Press reports put the reduction in Saudi foreign exchange reserves between mid-2014 and August 2015 near $90 billion. This estimate is considerably larger than the loss in oil revenue over the same period that is attributable to the shale oil boom. Given the estimates in Figure 2, the latter equalled about $24 billion. In other words, my analysis tentatively suggests that in the absence of the shale oil boom the reduction in Saudi foreign exchange reserves since mid-2014 would have been about two thirds of the actual decline with the remainder reflecting higher crude oil production elsewhere in the world, shifts in oil price expectations affecting demand for oil stocks, and the effects of a slowing global economy, as shown in Baumeister and Kilian (2016). In other words, shale oil matters, but it is only one source of the decline in Saudi oil revenues.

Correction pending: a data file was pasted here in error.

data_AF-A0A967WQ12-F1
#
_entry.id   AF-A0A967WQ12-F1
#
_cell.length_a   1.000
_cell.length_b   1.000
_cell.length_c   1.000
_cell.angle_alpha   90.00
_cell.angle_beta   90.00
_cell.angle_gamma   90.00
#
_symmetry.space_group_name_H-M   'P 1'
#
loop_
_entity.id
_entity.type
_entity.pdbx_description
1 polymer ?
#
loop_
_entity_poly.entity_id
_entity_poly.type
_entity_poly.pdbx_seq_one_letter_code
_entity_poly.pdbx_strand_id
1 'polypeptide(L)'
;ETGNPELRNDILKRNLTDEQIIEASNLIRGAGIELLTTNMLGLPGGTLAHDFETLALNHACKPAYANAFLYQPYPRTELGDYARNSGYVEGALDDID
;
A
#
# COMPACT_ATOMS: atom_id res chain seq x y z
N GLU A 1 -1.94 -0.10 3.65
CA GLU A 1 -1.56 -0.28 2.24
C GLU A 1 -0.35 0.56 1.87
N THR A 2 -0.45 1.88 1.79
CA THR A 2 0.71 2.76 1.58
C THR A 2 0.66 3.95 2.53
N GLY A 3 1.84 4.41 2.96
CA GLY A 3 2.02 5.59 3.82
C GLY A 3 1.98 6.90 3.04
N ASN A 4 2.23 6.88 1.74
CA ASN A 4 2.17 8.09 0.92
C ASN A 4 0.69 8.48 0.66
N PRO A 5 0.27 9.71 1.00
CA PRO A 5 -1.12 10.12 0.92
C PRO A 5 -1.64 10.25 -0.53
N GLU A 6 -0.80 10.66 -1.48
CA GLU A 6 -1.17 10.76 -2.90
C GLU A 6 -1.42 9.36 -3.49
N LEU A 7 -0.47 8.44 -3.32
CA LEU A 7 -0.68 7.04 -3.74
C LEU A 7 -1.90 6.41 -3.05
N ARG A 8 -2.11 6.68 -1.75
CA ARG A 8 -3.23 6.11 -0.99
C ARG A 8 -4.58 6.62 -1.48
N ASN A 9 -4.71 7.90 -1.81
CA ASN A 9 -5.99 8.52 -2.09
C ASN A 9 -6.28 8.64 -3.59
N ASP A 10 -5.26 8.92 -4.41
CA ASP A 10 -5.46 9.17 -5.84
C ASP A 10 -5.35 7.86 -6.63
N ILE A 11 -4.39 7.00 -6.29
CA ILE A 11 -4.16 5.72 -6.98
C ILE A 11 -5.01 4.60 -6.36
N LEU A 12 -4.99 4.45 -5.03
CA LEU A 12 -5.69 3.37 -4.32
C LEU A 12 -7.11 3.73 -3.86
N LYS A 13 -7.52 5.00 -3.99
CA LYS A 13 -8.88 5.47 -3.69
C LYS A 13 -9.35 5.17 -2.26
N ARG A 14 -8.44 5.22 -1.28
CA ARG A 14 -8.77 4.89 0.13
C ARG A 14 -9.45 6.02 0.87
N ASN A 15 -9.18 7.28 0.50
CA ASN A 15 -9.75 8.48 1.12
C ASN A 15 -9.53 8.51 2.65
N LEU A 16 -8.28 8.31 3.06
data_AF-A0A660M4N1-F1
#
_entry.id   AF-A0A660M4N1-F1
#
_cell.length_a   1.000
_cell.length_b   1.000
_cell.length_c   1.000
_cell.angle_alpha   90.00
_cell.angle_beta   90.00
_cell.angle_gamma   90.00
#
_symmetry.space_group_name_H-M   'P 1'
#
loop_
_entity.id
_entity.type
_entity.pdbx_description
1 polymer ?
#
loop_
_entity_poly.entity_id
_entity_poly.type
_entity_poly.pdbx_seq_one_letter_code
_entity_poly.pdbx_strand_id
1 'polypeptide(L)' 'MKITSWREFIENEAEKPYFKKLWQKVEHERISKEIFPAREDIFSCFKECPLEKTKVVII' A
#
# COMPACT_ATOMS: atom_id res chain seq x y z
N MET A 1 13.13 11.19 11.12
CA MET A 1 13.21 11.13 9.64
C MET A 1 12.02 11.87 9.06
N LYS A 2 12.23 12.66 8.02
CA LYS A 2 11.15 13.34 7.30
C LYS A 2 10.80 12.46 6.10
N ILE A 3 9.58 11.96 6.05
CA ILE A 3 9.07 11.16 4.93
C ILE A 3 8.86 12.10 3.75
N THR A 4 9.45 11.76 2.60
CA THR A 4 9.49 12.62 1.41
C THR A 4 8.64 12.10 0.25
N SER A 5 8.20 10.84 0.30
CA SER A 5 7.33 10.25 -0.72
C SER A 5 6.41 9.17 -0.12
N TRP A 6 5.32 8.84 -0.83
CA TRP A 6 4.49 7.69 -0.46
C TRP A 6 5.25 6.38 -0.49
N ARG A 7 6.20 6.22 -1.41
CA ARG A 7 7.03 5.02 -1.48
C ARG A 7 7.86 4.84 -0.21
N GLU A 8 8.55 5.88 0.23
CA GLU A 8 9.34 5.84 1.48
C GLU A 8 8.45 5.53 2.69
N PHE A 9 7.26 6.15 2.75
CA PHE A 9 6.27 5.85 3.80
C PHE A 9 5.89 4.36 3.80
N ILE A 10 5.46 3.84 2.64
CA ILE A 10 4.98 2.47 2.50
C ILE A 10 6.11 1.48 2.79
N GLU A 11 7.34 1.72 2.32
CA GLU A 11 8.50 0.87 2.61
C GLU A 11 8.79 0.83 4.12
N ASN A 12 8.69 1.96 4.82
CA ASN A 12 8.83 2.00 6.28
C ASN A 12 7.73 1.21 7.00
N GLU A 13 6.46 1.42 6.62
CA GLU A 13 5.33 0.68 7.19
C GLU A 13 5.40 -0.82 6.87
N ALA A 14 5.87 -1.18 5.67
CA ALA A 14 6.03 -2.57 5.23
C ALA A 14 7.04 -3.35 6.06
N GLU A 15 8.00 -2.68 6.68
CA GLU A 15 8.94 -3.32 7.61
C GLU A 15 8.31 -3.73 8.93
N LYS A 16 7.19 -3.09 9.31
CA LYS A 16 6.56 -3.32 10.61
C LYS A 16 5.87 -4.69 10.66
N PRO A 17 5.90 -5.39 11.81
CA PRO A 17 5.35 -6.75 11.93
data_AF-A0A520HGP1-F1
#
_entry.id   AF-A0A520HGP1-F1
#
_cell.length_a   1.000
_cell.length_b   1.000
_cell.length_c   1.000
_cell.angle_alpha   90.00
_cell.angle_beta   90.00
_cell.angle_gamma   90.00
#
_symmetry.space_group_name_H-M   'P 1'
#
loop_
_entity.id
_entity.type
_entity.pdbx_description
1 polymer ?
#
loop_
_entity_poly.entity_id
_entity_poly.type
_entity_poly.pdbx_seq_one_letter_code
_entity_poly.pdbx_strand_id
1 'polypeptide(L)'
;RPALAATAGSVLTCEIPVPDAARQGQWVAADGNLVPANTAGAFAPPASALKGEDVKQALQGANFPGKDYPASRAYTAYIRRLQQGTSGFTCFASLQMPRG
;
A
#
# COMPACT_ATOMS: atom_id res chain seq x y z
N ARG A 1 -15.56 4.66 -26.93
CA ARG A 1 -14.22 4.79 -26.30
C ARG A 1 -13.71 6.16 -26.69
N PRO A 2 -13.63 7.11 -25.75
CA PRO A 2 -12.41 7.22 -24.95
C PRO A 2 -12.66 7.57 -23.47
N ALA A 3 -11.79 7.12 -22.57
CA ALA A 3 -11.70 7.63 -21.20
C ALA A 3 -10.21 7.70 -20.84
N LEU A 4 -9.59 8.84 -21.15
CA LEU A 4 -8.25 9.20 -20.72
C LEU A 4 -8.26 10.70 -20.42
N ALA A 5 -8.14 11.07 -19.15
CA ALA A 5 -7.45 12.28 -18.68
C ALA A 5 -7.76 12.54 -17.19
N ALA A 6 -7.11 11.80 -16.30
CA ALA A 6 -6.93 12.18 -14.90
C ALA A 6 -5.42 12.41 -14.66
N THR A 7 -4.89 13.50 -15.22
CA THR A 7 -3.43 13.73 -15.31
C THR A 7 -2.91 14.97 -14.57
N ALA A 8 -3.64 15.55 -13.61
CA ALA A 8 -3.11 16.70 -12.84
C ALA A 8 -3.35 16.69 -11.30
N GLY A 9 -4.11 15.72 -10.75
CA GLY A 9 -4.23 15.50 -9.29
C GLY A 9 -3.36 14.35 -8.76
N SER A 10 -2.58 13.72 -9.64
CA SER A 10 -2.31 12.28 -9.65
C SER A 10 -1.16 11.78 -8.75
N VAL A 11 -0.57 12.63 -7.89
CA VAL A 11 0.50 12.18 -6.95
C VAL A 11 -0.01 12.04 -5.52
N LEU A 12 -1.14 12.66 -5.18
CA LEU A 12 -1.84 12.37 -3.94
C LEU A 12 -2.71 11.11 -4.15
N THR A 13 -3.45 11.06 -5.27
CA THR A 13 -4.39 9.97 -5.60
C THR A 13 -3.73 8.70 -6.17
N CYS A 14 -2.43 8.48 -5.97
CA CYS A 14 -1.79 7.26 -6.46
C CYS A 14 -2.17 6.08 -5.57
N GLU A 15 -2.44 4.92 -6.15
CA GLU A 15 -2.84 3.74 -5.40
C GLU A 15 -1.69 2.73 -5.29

There are indications that the Saudi government has dealt with the recent decline in its oil revenue mainly by tapping its financial reserves, as predicted by standard models of precautionary savings. An important question is how long Saudi Arabia can sustain such large losses. If we take the estimates of the decline in the Saudi foreign exchange reserves at face value, at August 2015 prices the Saudi central bank can be expected to lose about $15 billion in foreign exchange reserves every month. At this rate, one would expect the Saudi foreign exchange reserves to be exhausted by early 2019.